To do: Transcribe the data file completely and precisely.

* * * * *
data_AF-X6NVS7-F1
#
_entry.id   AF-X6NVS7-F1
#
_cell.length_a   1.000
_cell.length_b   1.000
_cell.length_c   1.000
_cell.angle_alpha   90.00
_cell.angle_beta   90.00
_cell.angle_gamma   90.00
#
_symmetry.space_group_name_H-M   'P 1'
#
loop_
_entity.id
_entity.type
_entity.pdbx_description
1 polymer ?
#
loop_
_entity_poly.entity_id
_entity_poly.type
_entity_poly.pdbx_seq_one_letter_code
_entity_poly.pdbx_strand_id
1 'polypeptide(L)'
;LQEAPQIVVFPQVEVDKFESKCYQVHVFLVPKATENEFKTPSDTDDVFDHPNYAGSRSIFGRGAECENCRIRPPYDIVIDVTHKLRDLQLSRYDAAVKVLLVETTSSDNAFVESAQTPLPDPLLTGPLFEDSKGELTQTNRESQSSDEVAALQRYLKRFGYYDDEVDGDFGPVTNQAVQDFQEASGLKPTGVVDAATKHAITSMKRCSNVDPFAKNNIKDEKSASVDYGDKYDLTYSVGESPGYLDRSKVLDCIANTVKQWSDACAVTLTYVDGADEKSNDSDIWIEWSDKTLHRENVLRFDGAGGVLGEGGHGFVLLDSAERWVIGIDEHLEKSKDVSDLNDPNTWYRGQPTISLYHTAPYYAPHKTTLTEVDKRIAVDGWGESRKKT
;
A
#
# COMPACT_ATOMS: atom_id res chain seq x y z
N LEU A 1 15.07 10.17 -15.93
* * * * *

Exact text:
data_AF-X6NVS7-F1
#
_entry.id   AF-X6NVS7-F1
#
_cell.length_a   1.000
_cell.length_b   1.000
_cell.length_c   1.000
_cell.angle_alpha   90.00
_cell.angle_beta   90.00
_cell.angle_gamma   90.00
#
_symmetry.space_group_name_H-M   'P 1'
#
loop_
_entity.id
_entity.type
_entity.pdbx_description
1 polymer ?
#
loop_
_entity_poly.entity_id
_entity_poly.type
_entity_poly.pdbx_seq_one_letter_code
_entity_poly.pdbx_strand_id
1 'polypeptide(L)'
;LQEAPQIVVFPQVEVDKFESKCYQVHVFLVPKATENEFKTPSDTDDVFDHPNYAGSRSIFGRGAECENCRIRPPYDIVIDVTHKLRDLQLSRYDAAVKVLLVETTSSDNAFVESAQTPLPDPLLTGPLFEDSKGELTQTNRESQSSDEVAALQRYLKRFGYYDDEVDGDFGPVTNQAVQDFQEASGLKPTGVVDAATKHAITSMKRCSNVDPFAKNNIKDEKSASVDYGDKYDLTYSVGESPGYLDRSKVLDCIANTVKQWSDACAVTLTYVDGADEKSNDSDIWIEWSDKTLHRENVLRFDGAGGVLGEGGHGFVLLDSAERWVIGIDEHLEKSKDVSDLNDPNTWYRGQPTISLYHTAPYYAPHKTTLTEVDKRIAVDGWGESRKKT
;
A
#
# COMPACT_ATOMS: atom_id res chain seq x y z
N LEU A 1 15.07 10.17 -15.93